In order to get a more detailed look on the period in which the shift towards an increased utilisation of the international argument took place (including the years immediately preceding the shift), for the time period 2000–2014, all 21 reports issued by the ministry of education during this time were analysed.

The reports were analysed in a hermeneutic–interpretative way. The texts of the reports were scanned for legitimatory passages that can be interpreted as externalisations, paying special attention to passages referring to ‘the international’, that is, other countries, IOs and international large-scale assessments.

1. The education policy-making discourse, 1945–2014

1.1. 1945–1999: From the introduction of comprehensive schooling to devolution and marketisation

The first 50 years after the end of World War II can be characterised as a period of expansion for the Swedish education system. During the 1950s and 60s, schooling was successively comprehensivised, starting with the primary and lower secondary level. Comprehensivisation was prepared and accompanied by the work of several government committees. The most important of these were the School committees of 1940 and 1946 and the School committee of 1957, all of which produced numerous reports (for the main reports from the government committees mentioned above, see SOU 1944:20; SOU 1948:27; SOU 1961:30). Education for democratisation was an important aim of this wave of reform, but democratisation rhetoric was closely intertwined with an insistence that the education system contributes to economic effectiveness (Telhaug, Asbjørn Mediås, & Aasen, 2006). Education and psychological research is seen as key in determining the shape of education policy-making contributing towards these goals, as the School committee of 1946 points out in its main report:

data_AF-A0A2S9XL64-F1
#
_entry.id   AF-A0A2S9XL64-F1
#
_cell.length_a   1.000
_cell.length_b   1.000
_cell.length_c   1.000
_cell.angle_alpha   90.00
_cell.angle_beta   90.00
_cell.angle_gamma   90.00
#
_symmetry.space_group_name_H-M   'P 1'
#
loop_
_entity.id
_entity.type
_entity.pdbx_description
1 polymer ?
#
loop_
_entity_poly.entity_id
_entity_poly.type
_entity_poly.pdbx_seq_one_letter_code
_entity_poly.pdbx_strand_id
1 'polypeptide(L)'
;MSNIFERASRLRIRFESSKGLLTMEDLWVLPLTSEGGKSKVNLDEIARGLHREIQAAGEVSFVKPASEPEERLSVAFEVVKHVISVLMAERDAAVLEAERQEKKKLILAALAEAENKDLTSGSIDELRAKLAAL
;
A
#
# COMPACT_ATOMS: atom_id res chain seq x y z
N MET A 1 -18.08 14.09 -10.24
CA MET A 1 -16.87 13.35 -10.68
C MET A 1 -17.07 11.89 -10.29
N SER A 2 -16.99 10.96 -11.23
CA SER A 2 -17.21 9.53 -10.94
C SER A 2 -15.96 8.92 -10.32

Scientific research and practical experimentation produce the best recommendations on which pathways lead to the goals that have been determined. In problem areas where comprehensive and thorough scientific investigations have been carried out, the word of psychological and education research should be decisive. (SOU 1948:27, 86)

Scientific research was also seen as an important foundation for education policy-making in the next focus period (1958–1963). In the 1960s, education policy-making in Sweden as in many other countries is characterised by the conviction that it is possible and desirable to plan the future, including adjusting the education system to economic and social needs. Scientific and technical subjects are seen as key in this context. Planning optimism in this period is connected to the beginnings of thinking in terms of human capital. A prime example for the social planning approach is the work of the Upper secondary school committee of 1960, 1960 års gymnasieutredning (SOU 1963:15; SOU 1963:22; SOU 1963:41; SOU 1963:42; SOU 1963:43), which acted according to the premise that ‘long-term assessments of the need for individuals with an upper secondary education [should in principle] build on a plan for development of the whole or at least a large part of the labour market’ (SOU 1963:42, p. 164). This task is best placed in the hands of the central state, as the Committee of 1955 on the central steering of vocational education and a part of teacher education (1955 års sakkunniga för yrkesutbildningens centrala ledning och viss lärarutbildning) points out:

Only the state can through its organs acquire an overview over the whole area of working life and assess on the one hand the needs for certain skills, on the other hand the need for people with certain qualifications in certain lines of industry or areas of work. (SOU 1962:28, p. 126)